For a change of pace in your home for Center-Right Conversation, here are some mystery books I’ve gone through at bedtime of late which I can recommend to those so inclined.
I must first mention A Falling Knife by our own “Judith Deborah” Levy. It’s an exceptionally well-written tale rooted in buried human tragedy but expressed in a double-helix of biotechnology and high finance. I admit to picking this up out of Ricochetian loyalty, but I recommend it entirely on its own merits. The sole bone I had to pick had to do with a minor plot point based on a Catholic practice that is no longer operative. It’s a tough book, saturated with sadness and loss, but rewards on a lot of levels—not least learning some very interesting things from the cutting edges of biotech and money. I hope I can urge her to write more. (Judith, write more!)
Second, I enthusiastically recommend my friends Aaron & Charlotte Elkins’ new book, A Dangerous Talent, which seems to betoken a new series from Aaron, a recognized master of the genre, and Charlotte, a frequent co-author. The protagonist is Alix London, an aspiring art expert saddled with the fact that her father, a great conservator, ended up in prison as a forger. A high-tech millionaire friend nevertheless hires her to authenticate a Georgia O’Keeffe she’s been offered by a Santa Fe dealer. Complications ensue. I find the Elkins’ books utterly enjoyable to read. They’re immaculately constructed, wittily written, and play fair. The titles Charlotte has written with Aaron contain some of the best, most appealing young-women protagonists I’ve com across. Alix London is no exception, and I loved this book start to finish.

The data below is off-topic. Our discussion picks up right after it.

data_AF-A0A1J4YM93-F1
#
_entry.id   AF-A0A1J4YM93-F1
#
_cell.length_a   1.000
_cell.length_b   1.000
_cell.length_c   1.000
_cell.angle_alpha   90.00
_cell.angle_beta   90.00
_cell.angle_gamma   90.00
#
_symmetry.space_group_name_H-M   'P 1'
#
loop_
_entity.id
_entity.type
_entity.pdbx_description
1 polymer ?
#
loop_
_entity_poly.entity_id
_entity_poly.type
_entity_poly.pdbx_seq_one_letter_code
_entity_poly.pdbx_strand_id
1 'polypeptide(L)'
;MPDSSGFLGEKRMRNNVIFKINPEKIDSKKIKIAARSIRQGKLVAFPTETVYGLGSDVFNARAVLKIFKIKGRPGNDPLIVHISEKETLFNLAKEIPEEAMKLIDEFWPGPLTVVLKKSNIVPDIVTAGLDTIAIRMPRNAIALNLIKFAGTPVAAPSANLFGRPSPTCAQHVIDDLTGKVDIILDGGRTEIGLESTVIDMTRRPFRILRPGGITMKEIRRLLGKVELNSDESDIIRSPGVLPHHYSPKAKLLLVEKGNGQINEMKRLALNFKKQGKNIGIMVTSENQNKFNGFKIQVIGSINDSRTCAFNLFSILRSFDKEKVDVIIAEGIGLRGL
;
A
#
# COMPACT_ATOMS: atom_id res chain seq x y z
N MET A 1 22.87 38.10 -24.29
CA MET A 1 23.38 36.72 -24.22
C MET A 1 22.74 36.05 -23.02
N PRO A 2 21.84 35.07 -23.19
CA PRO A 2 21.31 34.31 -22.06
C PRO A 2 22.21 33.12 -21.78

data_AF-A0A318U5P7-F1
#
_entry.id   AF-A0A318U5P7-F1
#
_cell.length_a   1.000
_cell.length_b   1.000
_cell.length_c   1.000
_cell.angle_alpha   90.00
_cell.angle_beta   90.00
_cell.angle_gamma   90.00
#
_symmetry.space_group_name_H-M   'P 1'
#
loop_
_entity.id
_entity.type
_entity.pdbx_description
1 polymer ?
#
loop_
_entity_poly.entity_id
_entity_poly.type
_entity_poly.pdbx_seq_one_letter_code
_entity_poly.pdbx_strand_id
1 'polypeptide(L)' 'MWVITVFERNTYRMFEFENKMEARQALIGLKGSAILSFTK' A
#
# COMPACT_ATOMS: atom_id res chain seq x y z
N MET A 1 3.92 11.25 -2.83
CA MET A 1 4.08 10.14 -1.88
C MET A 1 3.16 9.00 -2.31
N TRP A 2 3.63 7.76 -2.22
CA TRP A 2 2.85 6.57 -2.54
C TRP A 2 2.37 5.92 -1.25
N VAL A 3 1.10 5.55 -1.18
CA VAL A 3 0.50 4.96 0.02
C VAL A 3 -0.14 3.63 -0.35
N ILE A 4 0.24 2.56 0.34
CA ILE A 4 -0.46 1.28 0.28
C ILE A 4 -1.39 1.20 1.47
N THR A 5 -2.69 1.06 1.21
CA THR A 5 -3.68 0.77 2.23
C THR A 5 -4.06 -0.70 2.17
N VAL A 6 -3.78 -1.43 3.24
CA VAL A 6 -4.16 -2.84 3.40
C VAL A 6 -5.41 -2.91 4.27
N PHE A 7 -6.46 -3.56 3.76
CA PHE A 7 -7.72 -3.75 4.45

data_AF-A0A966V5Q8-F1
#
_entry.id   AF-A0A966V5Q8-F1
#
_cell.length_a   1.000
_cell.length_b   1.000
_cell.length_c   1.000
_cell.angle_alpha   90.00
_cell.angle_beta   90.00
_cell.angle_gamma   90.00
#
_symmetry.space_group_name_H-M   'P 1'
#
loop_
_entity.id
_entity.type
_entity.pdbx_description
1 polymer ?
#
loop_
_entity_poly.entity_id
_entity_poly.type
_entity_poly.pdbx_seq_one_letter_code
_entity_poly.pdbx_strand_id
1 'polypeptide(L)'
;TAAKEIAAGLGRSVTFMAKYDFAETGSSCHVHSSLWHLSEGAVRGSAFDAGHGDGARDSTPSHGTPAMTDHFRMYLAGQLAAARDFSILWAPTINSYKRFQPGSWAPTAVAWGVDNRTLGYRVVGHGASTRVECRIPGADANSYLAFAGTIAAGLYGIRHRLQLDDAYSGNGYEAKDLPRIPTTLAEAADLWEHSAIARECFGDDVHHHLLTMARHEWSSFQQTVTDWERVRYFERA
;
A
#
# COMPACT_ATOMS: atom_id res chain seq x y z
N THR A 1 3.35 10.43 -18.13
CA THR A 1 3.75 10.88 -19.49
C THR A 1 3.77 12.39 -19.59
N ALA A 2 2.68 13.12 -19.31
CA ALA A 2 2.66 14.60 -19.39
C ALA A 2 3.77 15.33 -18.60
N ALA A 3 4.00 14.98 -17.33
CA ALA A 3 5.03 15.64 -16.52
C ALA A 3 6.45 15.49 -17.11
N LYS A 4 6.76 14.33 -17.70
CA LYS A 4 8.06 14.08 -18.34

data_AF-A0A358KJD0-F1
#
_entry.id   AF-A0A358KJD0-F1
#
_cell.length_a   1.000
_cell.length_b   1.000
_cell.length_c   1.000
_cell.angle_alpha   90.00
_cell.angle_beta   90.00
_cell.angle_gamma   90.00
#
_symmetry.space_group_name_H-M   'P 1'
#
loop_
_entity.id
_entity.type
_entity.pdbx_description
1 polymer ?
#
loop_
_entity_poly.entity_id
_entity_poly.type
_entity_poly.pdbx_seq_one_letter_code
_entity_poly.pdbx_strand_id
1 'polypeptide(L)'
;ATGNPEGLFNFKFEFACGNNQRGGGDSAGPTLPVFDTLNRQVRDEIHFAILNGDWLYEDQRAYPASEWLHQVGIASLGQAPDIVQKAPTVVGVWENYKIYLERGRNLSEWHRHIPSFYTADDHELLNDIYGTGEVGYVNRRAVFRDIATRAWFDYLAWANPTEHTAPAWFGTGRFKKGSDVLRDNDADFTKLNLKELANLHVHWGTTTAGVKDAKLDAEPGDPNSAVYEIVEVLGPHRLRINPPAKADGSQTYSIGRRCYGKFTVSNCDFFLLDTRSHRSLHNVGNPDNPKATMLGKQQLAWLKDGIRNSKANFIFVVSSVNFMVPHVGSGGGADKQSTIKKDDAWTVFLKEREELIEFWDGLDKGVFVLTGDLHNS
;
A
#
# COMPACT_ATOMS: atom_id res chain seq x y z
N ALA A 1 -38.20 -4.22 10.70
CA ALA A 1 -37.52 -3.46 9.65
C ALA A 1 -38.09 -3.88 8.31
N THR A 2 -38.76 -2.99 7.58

I’m late to the party, but wandering into Chris Ewan’s “Good Thief” series with the latest, The Good Thief’s Guide to Venice, was a pleasant surprise. I saw “Venice” and “first-edition Maltese Falcon” on the jacket and figured it was for me. It’s a picaresque jaunt about an author who’s a tenuously reformed burglar who gets blackmailed back into the game. It’s basically a heist movie, if you will, and provides swift, entertaining action sequences, along with well-written (well-established) characters, a light, deft style, and a good sense of humor.
Nothing But the Truth is the latest in Jarkko Sipilä’s “Helsinki Homicide” series (which is at least what the small press that issues the English versions calls them). Like a lot of Scandinavian mysteries, it attempts to address a larger issue in the context of the mystery (here the protection of witnesses by the justice system), but unlike many of them, it doesn’t belabor it to the point of pedantry (unlike, say, some of Sjöwall & Wählöö lesser works which used to bemoan the insufficient socialization of, wait for it, 1970s Sweden). Sipilä’s series is good, European-style police-procedural writing with interesting, if not very deeply drawn, characters. If you like this kind of stuff, you’ll like these. The previous books in the series are also good.
Well, that’ll do for now. So, what are you reading? What should I be reading?